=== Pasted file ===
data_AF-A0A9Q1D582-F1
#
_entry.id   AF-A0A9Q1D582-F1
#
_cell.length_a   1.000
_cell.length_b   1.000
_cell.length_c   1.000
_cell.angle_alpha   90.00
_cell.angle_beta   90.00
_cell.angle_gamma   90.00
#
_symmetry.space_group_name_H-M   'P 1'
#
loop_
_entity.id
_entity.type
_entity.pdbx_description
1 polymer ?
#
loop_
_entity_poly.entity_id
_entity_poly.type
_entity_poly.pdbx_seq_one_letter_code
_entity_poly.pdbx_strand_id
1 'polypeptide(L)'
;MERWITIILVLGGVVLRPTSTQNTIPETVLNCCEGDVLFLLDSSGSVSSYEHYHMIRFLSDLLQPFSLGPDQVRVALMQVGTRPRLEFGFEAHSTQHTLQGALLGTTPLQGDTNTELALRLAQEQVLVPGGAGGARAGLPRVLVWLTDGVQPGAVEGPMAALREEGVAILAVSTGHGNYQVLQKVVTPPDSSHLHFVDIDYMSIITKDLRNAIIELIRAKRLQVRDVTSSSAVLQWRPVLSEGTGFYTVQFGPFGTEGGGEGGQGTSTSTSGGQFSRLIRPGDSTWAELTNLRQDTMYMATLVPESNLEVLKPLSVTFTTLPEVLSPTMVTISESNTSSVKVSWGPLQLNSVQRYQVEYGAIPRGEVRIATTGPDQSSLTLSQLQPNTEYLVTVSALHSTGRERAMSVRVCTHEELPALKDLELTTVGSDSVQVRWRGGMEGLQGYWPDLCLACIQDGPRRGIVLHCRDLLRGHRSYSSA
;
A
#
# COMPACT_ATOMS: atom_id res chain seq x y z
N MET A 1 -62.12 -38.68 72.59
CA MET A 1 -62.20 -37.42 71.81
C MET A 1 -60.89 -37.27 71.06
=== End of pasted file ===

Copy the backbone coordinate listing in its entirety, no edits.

data_AF-A0A9Q1D582-F1
#
_entry.id   AF-A0A9Q1D582-F1
#
_cell.length_a   1.000
_cell.length_b   1.000
_cell.length_c   1.000
_cell.angle_alpha   90.00
_cell.angle_beta   90.00
_cell.angle_gamma   90.00
#
_symmetry.space_group_name_H-M   'P 1'
#
loop_
_entity.id
_entity.type
_entity.pdbx_description
1 polymer ?
#
loop_
_entity_poly.entity_id
_entity_poly.type
_entity_poly.pdbx_seq_one_letter_code
_entity_poly.pdbx_strand_id
1 'polypeptide(L)'
;MERWITIILVLGGVVLRPTSTQNTIPETVLNCCEGDVLFLLDSSGSVSSYEHYHMIRFLSDLLQPFSLGPDQVRVALMQVGTRPRLEFGFEAHSTQHTLQGALLGTTPLQGDTNTELALRLAQEQVLVPGGAGGARAGLPRVLVWLTDGVQPGAVEGPMAALREEGVAILAVSTGHGNYQVLQKVVTPPDSSHLHFVDIDYMSIITKDLRNAIIELIRAKRLQVRDVTSSSAVLQWRPVLSEGTGFYTVQFGPFGTEGGGEGGQGTSTSTSGGQFSRLIRPGDSTWAELTNLRQDTMYMATLVPESNLEVLKPLSVTFTTLPEVLSPTMVTISESNTSSVKVSWGPLQLNSVQRYQVEYGAIPRGEVRIATTGPDQSSLTLSQLQPNTEYLVTVSALHSTGRERAMSVRVCTHEELPALKDLELTTVGSDSVQVRWRGGMEGLQGYWPDLCLACIQDGPRRGIVLHCRDLLRGHRSYSSA
;
A
#
# COMPACT_ATOMS: atom_id res chain seq x y z
N MET A 1 -62.12 -38.68 72.59
CA MET A 1 -62.20 -37.42 71.81
C MET A 1 -60.89 -37.27 71.06